Single Molecule Sensors

All DNA biosensors discussed so far use DNA as the biological recognition probe to obtain specificity. Several novel methods use nonspecific proteins such as ion channels or enzymes to detect sequence information from single molecules of DNA. The most commonly employed ion channel is the a-hemolysin ion channel reconstituted in an artificial bilayer. Using a 120-mV applied potential, the channel samples unlabeled DNA from solution. Capture of a DNA molecule is observed as an ionic current blockade. Blockade durations can last from 20 msec to minutes depending on the length and stability of the molecule. Real-time identification using machine-learning analysis requires up to a 50-msec read of each molecule.1-23-1 Watson-Crick base-pair differences at the termini of 9-bp DNA hairpins were distinguishable using this analysis method.[24,25] Standard experimental conditions were 10-p.M target DNA in 70 pL. A reduction in volume would lower the concentration needed to maintain an adequate acquisition rate. However, identification of comparable sequence information from single-stranded DNA is not possible with the current system. Up to 12 nucleotides contribute to blocking current through the transmembrane compartment at a time, and the translocation rate of 2 msec per nucleotide is at the limit of electronic instrument noise. A nanopore device capable of reading sequence from target DNA will likely incorporate an enzyme that reduces translocation speed from microseconds to milliseconds.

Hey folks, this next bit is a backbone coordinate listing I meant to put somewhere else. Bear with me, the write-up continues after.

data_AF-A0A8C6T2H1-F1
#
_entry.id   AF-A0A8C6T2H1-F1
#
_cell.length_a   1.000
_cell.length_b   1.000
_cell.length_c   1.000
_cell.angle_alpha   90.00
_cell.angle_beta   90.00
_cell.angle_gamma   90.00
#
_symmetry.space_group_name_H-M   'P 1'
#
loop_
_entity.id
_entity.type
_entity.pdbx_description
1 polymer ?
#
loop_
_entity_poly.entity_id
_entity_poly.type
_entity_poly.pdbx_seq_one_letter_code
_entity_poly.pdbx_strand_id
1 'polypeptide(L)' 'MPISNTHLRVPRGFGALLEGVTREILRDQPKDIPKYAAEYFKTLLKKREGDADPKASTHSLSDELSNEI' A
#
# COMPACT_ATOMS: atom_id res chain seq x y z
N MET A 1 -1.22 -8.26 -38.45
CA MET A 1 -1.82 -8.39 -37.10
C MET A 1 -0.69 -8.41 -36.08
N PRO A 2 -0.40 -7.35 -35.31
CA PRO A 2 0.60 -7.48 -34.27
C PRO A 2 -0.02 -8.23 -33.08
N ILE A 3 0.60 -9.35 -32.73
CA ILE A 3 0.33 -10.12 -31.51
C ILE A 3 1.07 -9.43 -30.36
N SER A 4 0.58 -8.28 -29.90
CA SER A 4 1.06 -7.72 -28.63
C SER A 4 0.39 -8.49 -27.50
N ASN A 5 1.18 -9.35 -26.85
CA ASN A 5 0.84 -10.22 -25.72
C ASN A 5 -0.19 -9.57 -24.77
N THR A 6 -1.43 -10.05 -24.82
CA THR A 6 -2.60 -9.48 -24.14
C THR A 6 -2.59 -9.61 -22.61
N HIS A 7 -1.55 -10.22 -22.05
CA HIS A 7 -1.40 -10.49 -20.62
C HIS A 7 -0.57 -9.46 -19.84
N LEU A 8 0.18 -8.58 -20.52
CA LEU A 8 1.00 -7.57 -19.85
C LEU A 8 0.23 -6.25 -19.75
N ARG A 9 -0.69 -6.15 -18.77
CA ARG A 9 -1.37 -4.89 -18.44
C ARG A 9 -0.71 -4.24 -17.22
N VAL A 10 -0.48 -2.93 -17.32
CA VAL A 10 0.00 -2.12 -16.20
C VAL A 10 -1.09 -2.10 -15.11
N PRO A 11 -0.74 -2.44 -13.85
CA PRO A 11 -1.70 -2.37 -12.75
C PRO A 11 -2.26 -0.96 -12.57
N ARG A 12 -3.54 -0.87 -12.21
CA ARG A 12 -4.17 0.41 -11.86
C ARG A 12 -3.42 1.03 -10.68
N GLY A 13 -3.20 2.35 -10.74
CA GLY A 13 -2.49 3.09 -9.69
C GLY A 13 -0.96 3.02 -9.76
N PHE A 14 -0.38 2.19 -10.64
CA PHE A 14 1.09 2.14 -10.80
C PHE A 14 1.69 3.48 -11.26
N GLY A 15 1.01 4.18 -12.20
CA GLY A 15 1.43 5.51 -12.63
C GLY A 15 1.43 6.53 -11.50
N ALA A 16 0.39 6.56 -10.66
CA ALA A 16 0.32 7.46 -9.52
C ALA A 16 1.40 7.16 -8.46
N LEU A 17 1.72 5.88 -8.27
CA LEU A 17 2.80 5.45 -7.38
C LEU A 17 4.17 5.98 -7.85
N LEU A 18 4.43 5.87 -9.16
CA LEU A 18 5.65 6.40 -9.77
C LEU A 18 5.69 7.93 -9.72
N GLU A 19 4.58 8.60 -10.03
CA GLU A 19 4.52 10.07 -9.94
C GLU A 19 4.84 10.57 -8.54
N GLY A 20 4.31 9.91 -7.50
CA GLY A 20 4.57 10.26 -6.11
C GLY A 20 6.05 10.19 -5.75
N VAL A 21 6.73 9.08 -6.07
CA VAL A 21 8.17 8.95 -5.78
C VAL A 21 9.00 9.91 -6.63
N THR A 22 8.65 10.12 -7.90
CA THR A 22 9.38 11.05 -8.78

Another method to observe DNA, a single nucleotide at a time, used a surface-bound DNA polymerase. Levene and colleagues[26] used a 50-nm-wide well in a metal film as a zero-mode waveguide to restrict excitation light to the immediate vicinity of the enzyme. They observed realtime synthesis of a single DNA polymerase by monitoring the incorporation of fluorophore-labeled dCTP into a growing cDNA strand. If dNTPs with different fluoro-phores on each were used, it would be possible, in principle, to monitor the order of nucleotide incorporation and reconstruct the sequence.

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Getting Started With Dumbbells

Getting Started With Dumbbells

The use of dumbbells gives you a much more comprehensive strengthening effect because the workout engages your stabilizer muscles, in addition to the muscle you may be pin-pointing. Without all of the belts and artificial stabilizers of a machine, you also engage your core muscles, which are your body's natural stabilizers.

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